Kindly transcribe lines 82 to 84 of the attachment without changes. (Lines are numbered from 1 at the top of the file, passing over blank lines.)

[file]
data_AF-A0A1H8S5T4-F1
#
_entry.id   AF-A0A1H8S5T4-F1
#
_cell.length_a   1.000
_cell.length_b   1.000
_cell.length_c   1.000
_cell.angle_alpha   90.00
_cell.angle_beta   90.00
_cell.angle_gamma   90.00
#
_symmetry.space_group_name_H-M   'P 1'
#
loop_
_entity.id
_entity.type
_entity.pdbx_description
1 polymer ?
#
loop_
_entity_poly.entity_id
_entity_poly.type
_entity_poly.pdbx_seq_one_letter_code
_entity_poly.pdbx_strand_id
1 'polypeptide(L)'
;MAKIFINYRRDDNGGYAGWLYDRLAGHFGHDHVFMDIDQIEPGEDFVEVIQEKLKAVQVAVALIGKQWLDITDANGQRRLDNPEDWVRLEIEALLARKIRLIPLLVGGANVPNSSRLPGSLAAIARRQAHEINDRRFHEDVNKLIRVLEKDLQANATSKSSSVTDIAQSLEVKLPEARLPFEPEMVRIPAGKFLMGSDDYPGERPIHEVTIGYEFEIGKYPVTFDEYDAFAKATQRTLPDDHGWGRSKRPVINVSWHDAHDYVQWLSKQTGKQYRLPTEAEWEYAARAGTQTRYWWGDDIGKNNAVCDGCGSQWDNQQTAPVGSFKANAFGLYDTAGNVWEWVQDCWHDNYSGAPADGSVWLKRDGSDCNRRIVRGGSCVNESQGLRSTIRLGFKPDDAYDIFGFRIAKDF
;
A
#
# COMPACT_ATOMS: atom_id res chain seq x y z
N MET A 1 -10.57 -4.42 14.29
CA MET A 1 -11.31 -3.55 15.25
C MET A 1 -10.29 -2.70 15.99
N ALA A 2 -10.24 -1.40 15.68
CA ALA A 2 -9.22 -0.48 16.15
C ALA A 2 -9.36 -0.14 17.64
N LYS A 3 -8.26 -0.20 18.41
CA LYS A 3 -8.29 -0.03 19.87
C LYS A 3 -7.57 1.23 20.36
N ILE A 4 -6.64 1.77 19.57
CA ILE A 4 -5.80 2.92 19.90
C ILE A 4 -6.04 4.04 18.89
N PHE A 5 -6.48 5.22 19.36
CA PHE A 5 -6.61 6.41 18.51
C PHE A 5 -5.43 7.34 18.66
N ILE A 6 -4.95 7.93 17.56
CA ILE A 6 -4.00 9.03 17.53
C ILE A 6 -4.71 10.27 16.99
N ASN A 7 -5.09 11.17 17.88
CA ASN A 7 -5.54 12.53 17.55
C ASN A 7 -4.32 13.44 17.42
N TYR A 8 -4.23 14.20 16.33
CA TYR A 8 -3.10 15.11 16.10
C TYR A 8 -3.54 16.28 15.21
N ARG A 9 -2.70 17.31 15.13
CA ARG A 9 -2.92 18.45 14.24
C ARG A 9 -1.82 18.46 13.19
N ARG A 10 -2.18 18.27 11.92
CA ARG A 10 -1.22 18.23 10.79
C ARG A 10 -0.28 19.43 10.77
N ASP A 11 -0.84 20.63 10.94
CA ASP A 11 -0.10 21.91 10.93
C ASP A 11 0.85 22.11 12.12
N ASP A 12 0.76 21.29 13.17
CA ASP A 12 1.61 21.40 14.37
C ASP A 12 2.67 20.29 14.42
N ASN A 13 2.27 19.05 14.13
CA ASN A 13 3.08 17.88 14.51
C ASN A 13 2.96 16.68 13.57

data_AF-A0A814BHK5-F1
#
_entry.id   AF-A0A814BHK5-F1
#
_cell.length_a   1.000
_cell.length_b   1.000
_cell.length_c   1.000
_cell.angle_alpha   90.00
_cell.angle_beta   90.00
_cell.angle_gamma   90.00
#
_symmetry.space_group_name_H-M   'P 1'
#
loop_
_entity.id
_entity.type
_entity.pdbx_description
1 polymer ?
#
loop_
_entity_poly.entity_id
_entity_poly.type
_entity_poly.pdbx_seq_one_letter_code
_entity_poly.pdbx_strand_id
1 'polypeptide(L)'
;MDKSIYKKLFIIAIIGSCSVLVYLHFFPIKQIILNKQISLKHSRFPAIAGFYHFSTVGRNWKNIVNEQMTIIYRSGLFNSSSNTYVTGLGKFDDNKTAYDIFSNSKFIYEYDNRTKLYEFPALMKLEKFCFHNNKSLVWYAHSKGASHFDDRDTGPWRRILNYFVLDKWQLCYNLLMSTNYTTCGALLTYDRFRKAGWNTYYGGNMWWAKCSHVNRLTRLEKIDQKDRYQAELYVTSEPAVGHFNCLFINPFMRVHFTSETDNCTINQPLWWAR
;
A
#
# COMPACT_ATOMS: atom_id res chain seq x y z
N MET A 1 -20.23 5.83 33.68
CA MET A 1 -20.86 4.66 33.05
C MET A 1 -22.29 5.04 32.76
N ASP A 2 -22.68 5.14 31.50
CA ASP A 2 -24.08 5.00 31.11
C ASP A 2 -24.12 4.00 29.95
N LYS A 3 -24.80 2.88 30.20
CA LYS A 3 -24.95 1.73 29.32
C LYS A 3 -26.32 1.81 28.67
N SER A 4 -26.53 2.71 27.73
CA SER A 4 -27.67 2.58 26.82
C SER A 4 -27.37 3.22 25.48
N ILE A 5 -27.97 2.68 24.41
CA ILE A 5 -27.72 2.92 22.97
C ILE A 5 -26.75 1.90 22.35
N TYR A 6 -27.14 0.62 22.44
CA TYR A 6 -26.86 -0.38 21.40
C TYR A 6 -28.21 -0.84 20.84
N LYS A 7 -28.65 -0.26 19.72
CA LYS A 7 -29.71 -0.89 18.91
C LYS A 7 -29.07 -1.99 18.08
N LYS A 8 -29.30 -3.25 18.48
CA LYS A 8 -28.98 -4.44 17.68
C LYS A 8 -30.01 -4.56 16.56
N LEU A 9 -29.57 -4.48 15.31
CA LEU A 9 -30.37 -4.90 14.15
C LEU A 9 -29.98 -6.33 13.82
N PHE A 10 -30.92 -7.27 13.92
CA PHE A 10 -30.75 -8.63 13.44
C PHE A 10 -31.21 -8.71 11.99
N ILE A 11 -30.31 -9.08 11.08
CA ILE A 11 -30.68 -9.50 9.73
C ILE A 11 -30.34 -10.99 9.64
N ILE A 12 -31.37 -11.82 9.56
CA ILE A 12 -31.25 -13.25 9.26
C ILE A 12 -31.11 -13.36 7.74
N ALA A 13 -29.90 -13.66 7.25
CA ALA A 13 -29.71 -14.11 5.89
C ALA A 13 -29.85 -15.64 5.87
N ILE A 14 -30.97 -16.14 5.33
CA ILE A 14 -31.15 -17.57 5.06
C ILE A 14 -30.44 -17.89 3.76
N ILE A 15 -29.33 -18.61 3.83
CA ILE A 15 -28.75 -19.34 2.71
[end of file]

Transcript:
#
loop_
_entity.id